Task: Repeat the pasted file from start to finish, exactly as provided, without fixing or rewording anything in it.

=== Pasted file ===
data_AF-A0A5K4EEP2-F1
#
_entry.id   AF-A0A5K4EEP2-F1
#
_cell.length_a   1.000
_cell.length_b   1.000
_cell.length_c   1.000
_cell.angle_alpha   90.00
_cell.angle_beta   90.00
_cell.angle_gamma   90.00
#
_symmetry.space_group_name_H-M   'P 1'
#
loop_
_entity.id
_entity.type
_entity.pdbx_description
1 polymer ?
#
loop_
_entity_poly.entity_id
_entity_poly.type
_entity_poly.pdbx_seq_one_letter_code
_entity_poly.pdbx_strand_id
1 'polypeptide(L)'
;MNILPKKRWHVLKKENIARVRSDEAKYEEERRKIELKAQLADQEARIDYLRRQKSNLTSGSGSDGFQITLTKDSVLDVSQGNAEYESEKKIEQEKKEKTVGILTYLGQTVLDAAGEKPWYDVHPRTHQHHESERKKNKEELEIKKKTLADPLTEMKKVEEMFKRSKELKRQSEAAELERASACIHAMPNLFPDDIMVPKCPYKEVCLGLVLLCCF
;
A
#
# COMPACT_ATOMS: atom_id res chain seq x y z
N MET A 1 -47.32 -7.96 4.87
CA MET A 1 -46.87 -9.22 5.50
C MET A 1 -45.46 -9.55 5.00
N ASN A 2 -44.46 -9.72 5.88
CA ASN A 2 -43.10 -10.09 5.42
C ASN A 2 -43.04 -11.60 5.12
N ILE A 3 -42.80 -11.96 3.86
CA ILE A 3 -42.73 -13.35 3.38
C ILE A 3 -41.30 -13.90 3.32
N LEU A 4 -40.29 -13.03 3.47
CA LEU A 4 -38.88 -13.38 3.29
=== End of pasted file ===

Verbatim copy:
data_AF-A0A5K4EEP2-F1
#
_entry.id   AF-A0A5K4EEP2-F1
#
_cell.length_a   1.000
_cell.length_b   1.000
_cell.length_c   1.000
_cell.angle_alpha   90.00
_cell.angle_beta   90.00
_cell.angle_gamma   90.00
#
_symmetry.space_group_name_H-M   'P 1'
#
loop_
_entity.id
_entity.type
_entity.pdbx_description
1 polymer ?
#
loop_
_entity_poly.entity_id
_entity_poly.type
_entity_poly.pdbx_seq_one_letter_code
_entity_poly.pdbx_strand_id
1 'polypeptide(L)'
;MNILPKKRWHVLKKENIARVRSDEAKYEEERRKIELKAQLADQEARIDYLRRQKSNLTSGSGSDGFQITLTKDSVLDVSQGNAEYESEKKIEQEKKEKTVGILTYLGQTVLDAAGEKPWYDVHPRTHQHHESERKKNKEELEIKKKTLADPLTEMKKVEEMFKRSKELKRQSEAAELERASACIHAMPNLFPDDIMVPKCPYKEVCLGLVLLCCF
;
A
#
# COMPACT_ATOMS: atom_id res chain seq x y z
N MET A 1 -47.32 -7.96 4.87
CA MET A 1 -46.87 -9.22 5.50
C MET A 1 -45.46 -9.55 5.00
N ASN A 2 -44.46 -9.72 5.88
CA ASN A 2 -43.10 -10.09 5.42
C ASN A 2 -43.04 -11.60 5.12
N ILE A 3 -42.80 -11.96 3.86
CA ILE A 3 -42.73 -13.35 3.38
C ILE A 3 -41.30 -13.90 3.32
N LEU A 4 -40.29 -13.03 3.47
CA LEU A 4 -38.88 -13.38 3.29